Who remembers Eugène Gagnon?

Eugene Gagnoncollection Ghislaine Laporte, Eugène’s fiancée

All the people who have visited this blog since April 2010.

Little Snoring - June or July 19451945

collection Tom Cushing via Peter Smith

All the people who have visited this blog since April 2010, and found relatives who were associated with 23 Squadron like Paul Beaudet’s daughter.

Paul Beaudet group picture

collection Peter Smith

Paul Beaudet who was George Stewart’s navigator.

Paul Beaudet and George Stewart 1

People who had never heard about this French-Canadian Mosquito pilot, immortalized with a caricature done by Pat Rooney.

caricature d'Eugène Gagnon

Who remembers Donald Hepworth Bentley and Sergeant Causeway?

Bentley and Causeway

Theo Griffiths and his son-in-law who has shared all his step-father’s war souvenirs.

Rick Maude and Theodore Griffiths mod

Rick Maude and Theo Griffiths

collection Theo Griffiths

a-flight-23-squadron-naples-10-november-1943-bwcollection Theo Griffiths

Who?

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Ranger to Grove revisited

Comment from Anders Straarup, www.airmen.dk

AirmenDK now contains www.airmen.dk/grove44.htm as the first of 9 pages describing how George Stewart and Bud Badley of 23 Sqn attacked a JU88 fighter at Fliegerhorst Grove and later a radar tower at the West coast of Jutland, Denmark on 26 SEP 1944.
George sent a page from his photo album and his report. The painting Day Ranger to Grove is very fine. Thanks to Danish Experts the type, serial number and exact position of the radar tower have now been added.
AirmenDK has details about 463 planes and 3.089 Allied airmen – most of them shot down over Denmark.

You may see www.airmen.dk/mosquito.htm

 

Click here.

01058 Day Ranger to Grove, low res

 

And the answers are… Redux

This blog is still alive and well, I am just waiting for someone to find it and contribute.

What follows was written in August 2010.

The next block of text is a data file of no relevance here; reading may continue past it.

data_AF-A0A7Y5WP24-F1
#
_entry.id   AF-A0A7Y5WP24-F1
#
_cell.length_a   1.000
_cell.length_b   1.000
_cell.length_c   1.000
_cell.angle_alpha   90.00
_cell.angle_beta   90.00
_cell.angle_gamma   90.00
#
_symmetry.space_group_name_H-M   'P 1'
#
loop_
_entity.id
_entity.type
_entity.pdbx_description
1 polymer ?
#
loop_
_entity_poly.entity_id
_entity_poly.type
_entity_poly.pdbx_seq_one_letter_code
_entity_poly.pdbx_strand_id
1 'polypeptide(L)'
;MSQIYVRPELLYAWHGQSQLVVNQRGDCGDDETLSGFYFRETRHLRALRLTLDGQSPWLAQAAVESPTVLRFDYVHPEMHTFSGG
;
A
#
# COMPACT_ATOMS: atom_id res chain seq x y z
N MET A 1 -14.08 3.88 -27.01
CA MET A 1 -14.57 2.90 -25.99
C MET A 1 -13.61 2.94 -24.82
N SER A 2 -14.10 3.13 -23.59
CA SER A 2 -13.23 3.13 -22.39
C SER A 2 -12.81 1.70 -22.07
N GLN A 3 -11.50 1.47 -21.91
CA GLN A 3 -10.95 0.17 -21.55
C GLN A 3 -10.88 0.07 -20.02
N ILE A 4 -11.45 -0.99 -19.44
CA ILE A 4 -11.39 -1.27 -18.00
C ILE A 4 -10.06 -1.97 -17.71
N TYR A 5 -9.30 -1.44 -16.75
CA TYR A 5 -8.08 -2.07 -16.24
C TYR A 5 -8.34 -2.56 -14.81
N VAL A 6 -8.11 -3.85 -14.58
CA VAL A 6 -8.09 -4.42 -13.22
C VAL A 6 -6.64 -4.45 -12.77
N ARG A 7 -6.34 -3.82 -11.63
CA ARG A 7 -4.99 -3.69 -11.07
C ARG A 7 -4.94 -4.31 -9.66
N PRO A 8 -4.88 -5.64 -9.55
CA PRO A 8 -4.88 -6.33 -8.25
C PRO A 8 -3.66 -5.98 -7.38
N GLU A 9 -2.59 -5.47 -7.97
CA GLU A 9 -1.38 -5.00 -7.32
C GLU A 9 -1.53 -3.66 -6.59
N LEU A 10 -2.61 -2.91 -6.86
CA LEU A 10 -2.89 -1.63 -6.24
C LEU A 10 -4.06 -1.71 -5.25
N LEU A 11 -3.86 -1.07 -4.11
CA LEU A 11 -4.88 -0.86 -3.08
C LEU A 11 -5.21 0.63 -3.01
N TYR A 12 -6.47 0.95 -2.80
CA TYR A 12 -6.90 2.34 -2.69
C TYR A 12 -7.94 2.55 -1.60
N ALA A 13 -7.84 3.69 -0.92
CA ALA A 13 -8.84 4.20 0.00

The original is here.

 

I sent an e-mail to George Stewart this week after posting Monday’s article…

He answered back and he insists I call him George.

I am not the kind of guy to argue with a Mosquito pilot…


George identified most of the airmen on the pictures that Paul Beaudet’s daughter sent me two weeks ago.

Paul Beaudet was George’s navigator on all his 50 missions. They never suffered any injuries.

I would venture to say that they were each other’s good luck charm.

Getting back to the photographs, I first believed that these pictures were taken at Luqa, Malta, but George told me they were taken in Alghero in Sardinia and also in Naples, Italy.

This is the first picture I posted last time.

This is what George Stewart wrote me…

His answers are in blue…

This photo shows my navigator F/O J. R. Paul Beaudet, beside F/L J. (Jackie) Curd, a squadron pilot who flew with his navigator F/S P.H.Devlin.

This photo shows me with F/O A.L. (Al) Berry, a squadron navigator, whose pilot was P/O R. A. (Ron) Neil, both members of the RNZAF.

The other officer on the left side of the photo escapes my memory for now, but I think he was our engineering officer. This shot was taken in Naples, and you can see Mount Vesuvius in the background.

We landed here off the Italian cruiser Garibaldi, which sailed us here from Cagliary, Sardinia, after we found out that the squadron was going back to the U.K., in the spring of 1944.

We sailed from here to Liverpool on the Strathnaver.

The picture shows a few of us in Sassari (Sardinia), a city close to our base at Alghero in Sardinia, (after we did a bit of shopping. I bought a lovely small oil painting, for 800 lire).

In the dark battledress to my right, is F/O Ken Eastwood’s navigator F/L G.T.(Griff) Rogers.

‘Scappa’ W/O.K.V.Rann, a squadron navigator who flew with Lt. J.H.Christie, of the Dutch Airforce, is on my right, and Paul to his right.


I’m not sure about the chap in the top picture with his right arm around my navigator Paul, but it may come to me later; it may have been taken a the #1 B.P.D. tent camp in Algiers.


Paul Beaudet and the Vesuvius of course.

Al Berry again, likely taken the same day as the photo on page 1, in Naples.

With all these new articles on No. 23 Squadron, I would like to consider myself as being George’s navigator on the Internet…

End ot the original post

Footnote

Please leave comments when you read some of my posts on 23 Squadron. It’s always interesting to hear from people who are interested in 23 Squadron.

Day Ranger to Grove